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Left-side abdominal pain is an ache or discomfort that’s felt towards the left-hand side of your tummy.
It’s a common problem, but can be difficult to diagnose as there are several important organs in this area, including the spleen, stomach and left kidney, and a range of digestive issues could also be to blame.
Pain on the left-hand side of your tummy can be a sign that there’s something wrong with your digestive system.
Short-term digestive issues like constipation or gastroenteritis can be treated from home, but it’s important to monitor your symptoms and visit a doctor if the pain doesn’t settle.
IBS, constipation and gastroenteritis can also cause pain in the right side of your abdomen.
If the pouches in the wall of your small and large intestine get infected, this can cause a condition known as diverticulitis, which causes constant pain towards the lower left side of your abdomen, as well as high fever, diarrhoea, nausea or vomiting or blood in your stools.
Intermittent, crampy pain towards the left of your tummy can also be a symptom of diverticulosis.
You may also notice that your pain seems to flare up while you’re eating, or just after you’ve finished a meal.
The condition is fairly common in western countries - affecting approximately 50% of people over the age of 50 - and may be linked to a lack of dietary fibre.
It’s usually harmless and some people don;t experience any symptoms, but some people with diverticulosis feel a constant, dull ache towards the lower left side of their tummy.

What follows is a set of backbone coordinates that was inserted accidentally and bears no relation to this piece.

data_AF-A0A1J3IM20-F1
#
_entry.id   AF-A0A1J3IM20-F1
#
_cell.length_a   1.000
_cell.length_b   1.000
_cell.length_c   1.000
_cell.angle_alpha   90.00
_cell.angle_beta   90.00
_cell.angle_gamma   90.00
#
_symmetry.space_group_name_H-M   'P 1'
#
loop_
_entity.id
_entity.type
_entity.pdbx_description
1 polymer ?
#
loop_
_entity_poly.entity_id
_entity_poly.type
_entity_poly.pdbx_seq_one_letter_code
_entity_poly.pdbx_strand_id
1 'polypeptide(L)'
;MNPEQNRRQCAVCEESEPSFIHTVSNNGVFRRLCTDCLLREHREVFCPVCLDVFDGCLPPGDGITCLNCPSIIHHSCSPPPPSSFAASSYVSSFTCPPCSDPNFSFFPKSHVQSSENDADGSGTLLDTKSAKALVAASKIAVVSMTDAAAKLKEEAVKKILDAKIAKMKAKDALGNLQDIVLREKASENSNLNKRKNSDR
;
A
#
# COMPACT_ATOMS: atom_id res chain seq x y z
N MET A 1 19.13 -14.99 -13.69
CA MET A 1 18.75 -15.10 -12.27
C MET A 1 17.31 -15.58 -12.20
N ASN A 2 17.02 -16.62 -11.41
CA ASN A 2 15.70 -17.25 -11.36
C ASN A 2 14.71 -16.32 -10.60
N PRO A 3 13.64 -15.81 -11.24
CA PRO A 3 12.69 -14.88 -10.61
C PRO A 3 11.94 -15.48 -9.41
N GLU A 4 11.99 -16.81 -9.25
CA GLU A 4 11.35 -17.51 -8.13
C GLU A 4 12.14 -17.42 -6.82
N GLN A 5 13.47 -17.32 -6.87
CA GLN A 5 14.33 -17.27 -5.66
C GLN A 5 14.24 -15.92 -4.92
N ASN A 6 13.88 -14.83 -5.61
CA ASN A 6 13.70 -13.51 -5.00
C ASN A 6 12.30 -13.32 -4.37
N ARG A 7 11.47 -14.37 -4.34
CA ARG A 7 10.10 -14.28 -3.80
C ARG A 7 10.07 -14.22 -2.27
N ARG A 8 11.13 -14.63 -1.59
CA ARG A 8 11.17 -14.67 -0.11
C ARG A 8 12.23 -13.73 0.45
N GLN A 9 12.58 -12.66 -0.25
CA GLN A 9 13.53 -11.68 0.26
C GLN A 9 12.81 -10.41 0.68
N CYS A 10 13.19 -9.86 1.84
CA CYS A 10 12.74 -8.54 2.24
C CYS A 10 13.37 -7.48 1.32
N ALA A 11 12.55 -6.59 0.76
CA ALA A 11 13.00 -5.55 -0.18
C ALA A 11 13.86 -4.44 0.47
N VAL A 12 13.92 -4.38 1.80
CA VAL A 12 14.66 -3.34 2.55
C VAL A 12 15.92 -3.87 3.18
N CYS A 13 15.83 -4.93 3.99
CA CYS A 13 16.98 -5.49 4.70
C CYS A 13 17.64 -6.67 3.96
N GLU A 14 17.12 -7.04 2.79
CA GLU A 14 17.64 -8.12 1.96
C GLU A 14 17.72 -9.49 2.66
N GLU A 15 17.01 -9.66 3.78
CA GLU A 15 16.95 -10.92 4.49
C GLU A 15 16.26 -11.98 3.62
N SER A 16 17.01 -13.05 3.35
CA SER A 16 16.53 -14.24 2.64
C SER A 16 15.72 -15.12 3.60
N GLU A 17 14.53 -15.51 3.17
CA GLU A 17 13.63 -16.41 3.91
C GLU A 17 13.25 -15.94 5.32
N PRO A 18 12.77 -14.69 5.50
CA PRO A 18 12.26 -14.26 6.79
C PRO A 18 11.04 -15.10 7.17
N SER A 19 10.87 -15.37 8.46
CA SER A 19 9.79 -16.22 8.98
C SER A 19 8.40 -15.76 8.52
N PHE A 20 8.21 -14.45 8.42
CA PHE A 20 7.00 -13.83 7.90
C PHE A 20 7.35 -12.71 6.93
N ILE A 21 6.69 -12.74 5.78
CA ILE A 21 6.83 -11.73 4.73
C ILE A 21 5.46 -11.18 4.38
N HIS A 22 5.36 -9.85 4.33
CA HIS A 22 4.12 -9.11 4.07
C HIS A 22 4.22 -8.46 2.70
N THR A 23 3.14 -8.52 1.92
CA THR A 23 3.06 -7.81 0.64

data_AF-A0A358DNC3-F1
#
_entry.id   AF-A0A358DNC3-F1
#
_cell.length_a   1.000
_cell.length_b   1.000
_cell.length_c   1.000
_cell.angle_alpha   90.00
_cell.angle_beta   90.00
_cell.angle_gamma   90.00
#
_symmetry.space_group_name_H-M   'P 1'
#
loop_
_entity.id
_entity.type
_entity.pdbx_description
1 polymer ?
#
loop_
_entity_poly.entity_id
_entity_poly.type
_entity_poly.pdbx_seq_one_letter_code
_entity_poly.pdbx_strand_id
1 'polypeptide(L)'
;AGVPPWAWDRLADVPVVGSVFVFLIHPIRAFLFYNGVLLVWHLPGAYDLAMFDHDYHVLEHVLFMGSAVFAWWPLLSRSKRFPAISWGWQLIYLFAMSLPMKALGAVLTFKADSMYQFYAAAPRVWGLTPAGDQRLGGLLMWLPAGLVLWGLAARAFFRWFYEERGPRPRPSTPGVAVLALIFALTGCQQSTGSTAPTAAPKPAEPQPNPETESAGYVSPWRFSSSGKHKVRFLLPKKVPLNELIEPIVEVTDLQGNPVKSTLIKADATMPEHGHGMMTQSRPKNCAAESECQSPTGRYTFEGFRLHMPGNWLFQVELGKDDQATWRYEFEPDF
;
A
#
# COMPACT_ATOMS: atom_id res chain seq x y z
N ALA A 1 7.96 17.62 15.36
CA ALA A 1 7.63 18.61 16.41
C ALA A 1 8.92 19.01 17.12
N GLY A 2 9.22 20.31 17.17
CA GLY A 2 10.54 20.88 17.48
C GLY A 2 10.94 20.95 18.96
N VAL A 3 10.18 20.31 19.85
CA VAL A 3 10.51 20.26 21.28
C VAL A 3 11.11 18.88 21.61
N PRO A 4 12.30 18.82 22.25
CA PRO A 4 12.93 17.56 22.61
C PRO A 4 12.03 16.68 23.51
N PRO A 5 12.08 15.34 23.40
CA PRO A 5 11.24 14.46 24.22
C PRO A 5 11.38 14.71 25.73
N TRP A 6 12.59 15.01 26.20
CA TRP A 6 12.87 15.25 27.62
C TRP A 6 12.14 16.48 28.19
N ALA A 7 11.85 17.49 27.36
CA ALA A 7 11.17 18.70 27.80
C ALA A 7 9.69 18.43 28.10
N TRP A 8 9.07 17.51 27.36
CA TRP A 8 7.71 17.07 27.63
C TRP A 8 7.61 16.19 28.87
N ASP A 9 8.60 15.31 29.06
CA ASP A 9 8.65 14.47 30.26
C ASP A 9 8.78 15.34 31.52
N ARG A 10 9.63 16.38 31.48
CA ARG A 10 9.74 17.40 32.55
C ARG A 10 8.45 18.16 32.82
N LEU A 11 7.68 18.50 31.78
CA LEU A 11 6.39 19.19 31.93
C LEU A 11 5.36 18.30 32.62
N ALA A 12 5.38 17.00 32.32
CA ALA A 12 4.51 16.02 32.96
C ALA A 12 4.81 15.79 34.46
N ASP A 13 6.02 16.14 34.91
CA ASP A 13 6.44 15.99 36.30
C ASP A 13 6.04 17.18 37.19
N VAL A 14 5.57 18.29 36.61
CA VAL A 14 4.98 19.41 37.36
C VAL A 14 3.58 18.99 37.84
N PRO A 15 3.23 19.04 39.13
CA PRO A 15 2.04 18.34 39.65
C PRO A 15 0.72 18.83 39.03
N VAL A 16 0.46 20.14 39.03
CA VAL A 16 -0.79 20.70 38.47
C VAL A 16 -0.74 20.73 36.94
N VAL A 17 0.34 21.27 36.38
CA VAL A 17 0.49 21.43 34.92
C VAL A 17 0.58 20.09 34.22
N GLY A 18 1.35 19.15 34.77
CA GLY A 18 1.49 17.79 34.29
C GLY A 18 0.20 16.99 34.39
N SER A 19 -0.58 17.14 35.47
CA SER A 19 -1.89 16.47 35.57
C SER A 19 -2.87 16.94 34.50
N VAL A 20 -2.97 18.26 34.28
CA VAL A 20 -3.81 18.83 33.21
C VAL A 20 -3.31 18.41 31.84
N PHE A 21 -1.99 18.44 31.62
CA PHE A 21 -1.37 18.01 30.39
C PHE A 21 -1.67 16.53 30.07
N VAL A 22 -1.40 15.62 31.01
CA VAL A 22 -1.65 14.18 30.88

If you think that you might have a chronic condition like diverticulosis, see a doctor. Treatment can vary depending on the severity of your symptoms, but a diet that’s rich in high-fibre foods like wholemeal bread, beans and brown rice may help.
Pain on the left side of your tummy can be a sign that your left kidney is infected.
Kidney infections normally develop when a bacterial infection travels from your bladder to your kidneys and this can cause dull, aching pain towards the left of your abdomen.
Other symptoms include pain in your lower back or groin, nausea, and a fever. You may also notice some blood in your pee.
If you have persistent abdominal pain and a fever, see a doctor. Most kidney infections can be treated with antibiotics, but can cause permanent damage to your kidneys if left untreated.
Kidney stones develop when waste products like calcium form crystals in your kidney. Small stones can sometimes pass in your pee, but larger stones will need to be removed so that they don’t cause permanent damage to your kidney.
Kidney stones can also cause left-sided abdominal pain, but the type or ‘character’ of the pain tends to be different. People with kidney stones often experience a severe, stabbing pain in the back or tummy, and it is not unusual for this pain to come and go in spasms.
If you have a kidney stone, you may also find that you feel sweaty and sick, or notice that there’s some blood in your pee.
If you think you might have kidney stones, see a doctor. While you wait for medical help, drink plenty of hydrating fluids and take a painkiller if necessary to manage the pain.
Occasionally, left-sided abdominal pain can be a sign that something is wrong with your spleen.
The spleen is a small, fist-sized organ located just underneath your stomach. It helps to filter your blood and create new blood cells.
Your spleen may hurt if it’s damaged or ruptured in an accident, or it can become swollen and painful as a result of a condition like leukemia or rheumatoid arthritis.
Other signs that your spleen has become swollen or damaged include:
If you think that your spleen may be damaged or swollen, you should go to your nearest hospital immediately. They may organise scans and tests to find the cause, and may be able to prescribe medication to treat the underlying cause.
If you think the pain on the left side of your abdomen could be caused by any of the conditions above, you should see a doctor.
You should also contact a doctor if you have left-side abdominal pain and you:
Important: Our website provides useful information but is not a substitute for medical advice. You should always seek the advice of your doctor when making decisions about your health.